A campaign to erect a memorial plaque to the victims and heroes of a WW1 zeppelin attack in Walworth has reached an early conclusion after a commemorative tablet was discovered hidden in plain sight in Burgess Park.
Last week, the News reported on the campaign by historian Stephen Bourne to mark the October 19, 1917 attack with a memorial, after an original plaque was seemingly lost during the construction of the park.
Southwark Council leader Peter John joined the campaign and issued plans for an “appropriate memorial” to be rededicated to the twelve victims of the bombing and the three Walworth bobbies who risked their lives entering a burning building to prevent the death toll from rising.
However, it has now emerged that a plaque, which replaced the old memorial on the now-lost Calmington Road, already exists in Chumleigh Gardens, not far from where the zeppelin’s “aerial torpedo” actually landed.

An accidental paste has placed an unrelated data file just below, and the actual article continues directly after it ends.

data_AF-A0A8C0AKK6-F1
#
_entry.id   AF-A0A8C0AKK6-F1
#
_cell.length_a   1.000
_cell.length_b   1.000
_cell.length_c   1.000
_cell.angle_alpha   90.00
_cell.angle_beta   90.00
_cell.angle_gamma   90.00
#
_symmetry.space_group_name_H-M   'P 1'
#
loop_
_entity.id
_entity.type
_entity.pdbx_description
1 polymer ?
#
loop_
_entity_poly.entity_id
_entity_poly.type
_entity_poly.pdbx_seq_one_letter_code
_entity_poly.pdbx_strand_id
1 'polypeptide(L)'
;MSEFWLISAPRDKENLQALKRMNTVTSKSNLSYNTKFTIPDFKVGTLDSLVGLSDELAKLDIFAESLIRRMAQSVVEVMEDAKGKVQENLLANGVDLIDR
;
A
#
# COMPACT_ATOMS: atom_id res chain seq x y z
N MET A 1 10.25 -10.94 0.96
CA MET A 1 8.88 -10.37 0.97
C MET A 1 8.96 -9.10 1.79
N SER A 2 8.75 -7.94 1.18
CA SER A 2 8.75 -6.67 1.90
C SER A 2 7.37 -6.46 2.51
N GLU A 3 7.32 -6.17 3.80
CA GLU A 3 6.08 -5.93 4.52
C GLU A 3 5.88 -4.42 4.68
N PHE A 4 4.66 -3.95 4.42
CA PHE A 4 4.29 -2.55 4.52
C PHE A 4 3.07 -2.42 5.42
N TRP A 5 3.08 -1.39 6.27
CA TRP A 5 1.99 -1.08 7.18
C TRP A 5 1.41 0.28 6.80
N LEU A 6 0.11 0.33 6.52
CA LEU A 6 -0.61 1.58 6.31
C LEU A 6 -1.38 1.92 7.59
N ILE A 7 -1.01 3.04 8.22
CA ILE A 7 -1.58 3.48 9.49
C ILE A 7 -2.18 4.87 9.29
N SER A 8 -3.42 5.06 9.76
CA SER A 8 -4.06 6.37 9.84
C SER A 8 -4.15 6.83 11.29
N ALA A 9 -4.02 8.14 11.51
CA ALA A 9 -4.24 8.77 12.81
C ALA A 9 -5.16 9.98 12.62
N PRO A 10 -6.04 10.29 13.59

Stephen told the News: “Nobody told me it was there, and I actually visited the gardens to look for it on several occasions! I’m delighted to find it though.”
The plaque is now in its second incarnation, after the original was damaged a few years ago during an event in Chumleigh Gardens. For a period, possibly while Stephen was investigating its whereabouts, there was no memorial to the tragedy while a new one was being constructed.
Stephen said: “It is wonderful to have found the tablet commemorating the victims – although sadly there is still no tribute to the police officers who risked their lives.”
When the bomb fell, Inspector Edward Wright, PC Jesse Christmas and PC Robert Melton, who was actually off-duty at home just a few houses down from the blast, raced to the scene. They entered the wreckage, despite flames and a gas leak, and managed to save a number of people who were cowering in the basement.
Using old maps, Stephen tracked down the site of the bombing, located at the old corner of Calmington Road and Albany Street, which is now covered by trees after the area was cleared to make way for Burgess Park after WW2.
Stephen said: “It is incredible to think something so dramatic happened here. It is a shame there is no plaque here but I was told it was placed in Chumleigh Gardens due to the threat of it being vandalised on the main road. The important thing is that we have found the tablet, which is rightly honouring a tragic event.”